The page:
A quiet science lab tucked away within the halls of the Earth and Biological Sciences Building last Thursday saw the convergence of a club committed to helping the environment by reducing plastic waste.
Jesse Casey, president of the newly minted City College Precious Plastics Club quietly greeted members and quickly dived into the logistics of the big ideas that the club is working on.
“We’re always looking for people who are excited about recycling plastic,” Casey said.
Precious Plastics is a global environmental project that is focused on sustainability through direct recycling. Founded in 2012 by Dutch industrial designer Dave Hakkens, the organization is centered around community, and clubs all around the world can connect on its website to share innovations and new ideas.
The aim of the club is to recycle single-use plastics into useful products to be resold, both locally and online. Its vision is to work together with City College to create drop-off locations around campus for students and faculty to donate plastic items to the club that they would normally throw in the trash.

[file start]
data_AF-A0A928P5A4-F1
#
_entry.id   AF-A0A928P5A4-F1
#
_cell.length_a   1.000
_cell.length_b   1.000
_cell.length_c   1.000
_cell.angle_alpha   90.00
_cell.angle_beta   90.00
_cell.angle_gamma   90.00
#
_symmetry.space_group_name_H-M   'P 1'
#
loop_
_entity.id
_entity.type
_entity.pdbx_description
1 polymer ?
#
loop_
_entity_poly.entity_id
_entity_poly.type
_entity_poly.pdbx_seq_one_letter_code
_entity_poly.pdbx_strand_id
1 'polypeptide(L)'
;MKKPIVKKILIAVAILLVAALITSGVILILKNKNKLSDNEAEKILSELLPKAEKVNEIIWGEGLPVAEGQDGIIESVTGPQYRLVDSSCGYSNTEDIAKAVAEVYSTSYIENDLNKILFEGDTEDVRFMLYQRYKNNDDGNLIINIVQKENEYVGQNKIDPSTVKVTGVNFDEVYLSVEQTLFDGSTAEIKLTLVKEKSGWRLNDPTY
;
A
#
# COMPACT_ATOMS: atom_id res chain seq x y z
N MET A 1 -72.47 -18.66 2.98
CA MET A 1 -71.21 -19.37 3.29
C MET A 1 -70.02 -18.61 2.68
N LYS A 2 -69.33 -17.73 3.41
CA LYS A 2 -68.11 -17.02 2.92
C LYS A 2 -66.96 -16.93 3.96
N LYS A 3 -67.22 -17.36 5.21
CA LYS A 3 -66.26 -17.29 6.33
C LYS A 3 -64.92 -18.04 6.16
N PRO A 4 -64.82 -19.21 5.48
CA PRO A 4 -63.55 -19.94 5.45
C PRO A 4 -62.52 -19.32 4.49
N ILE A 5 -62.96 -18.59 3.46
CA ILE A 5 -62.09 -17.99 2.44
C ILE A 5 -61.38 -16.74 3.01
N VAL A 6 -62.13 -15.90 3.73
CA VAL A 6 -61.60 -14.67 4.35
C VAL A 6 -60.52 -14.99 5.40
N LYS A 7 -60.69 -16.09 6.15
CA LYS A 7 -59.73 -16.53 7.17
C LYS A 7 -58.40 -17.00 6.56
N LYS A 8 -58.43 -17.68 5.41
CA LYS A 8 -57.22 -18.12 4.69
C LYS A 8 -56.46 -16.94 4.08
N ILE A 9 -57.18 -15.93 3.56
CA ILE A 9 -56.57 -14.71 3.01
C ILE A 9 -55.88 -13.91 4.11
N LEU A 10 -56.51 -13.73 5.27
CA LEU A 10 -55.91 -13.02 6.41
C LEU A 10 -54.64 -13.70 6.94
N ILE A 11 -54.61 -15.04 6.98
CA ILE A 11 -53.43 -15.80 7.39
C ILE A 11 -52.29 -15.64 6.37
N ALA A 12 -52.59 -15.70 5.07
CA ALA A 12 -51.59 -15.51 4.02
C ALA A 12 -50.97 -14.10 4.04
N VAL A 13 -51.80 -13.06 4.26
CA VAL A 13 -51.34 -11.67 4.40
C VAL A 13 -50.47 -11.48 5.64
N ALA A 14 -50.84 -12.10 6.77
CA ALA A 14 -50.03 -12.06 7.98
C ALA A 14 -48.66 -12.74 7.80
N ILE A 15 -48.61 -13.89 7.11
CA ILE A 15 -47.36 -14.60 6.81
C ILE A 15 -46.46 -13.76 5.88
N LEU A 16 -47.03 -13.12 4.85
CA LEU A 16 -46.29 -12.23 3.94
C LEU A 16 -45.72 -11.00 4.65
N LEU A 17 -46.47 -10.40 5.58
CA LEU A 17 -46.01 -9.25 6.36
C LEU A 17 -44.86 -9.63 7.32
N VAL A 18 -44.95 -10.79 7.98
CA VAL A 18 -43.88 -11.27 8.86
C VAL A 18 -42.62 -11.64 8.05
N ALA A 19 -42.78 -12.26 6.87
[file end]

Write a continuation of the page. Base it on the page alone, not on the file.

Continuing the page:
Additionally, the club plans to participate in routine beach cleanups to collect plastics.
“It’s frustrating to see politicians and people from older generations do nothing to fix our environmental issues. This is a way for our generation to help out,” said Jimmy Zhan, a member of the club. “It’s a great club because it requires some knowledge of engineering, entrepreneurship, marketing, recycling and environmental awareness.”
All plastics collected go through a four-stage process that includes cleaning, shredding, extrusion and molding before they have a finished product. The lynchpin of the operation is a large plastic shredder that the club hopes to have purchased and assembled within the month. The club must also purchase the equipment to wash, melt and mold the plastics into new products.
“By April 22 we plan to have all the machines and be producing,” Casey said.
Precious Plastics focuses on a wide range of plastics, from everyday items like water bottles and disposable coffee cups to motor oil containers and tupperware.
The end goal is to mold the refurbished plastic into products like carabiners, cups, bowls, and even chairs and benches.
The Precious Plastics website even sells products made from recycled plastic such as 3D-printed surfboards and skateboards.
Casey is currently working on applications to receive funding from City College’s Sustainability Committee and the Associated Student Government. He hopes to net around $8,500 in funding from the school for purchase of the machines and to fund the club’s operations.
The Precious Plastics Club meets at 3:55pm on Thursdays in the Earth and Biological Sciences Building Room 115.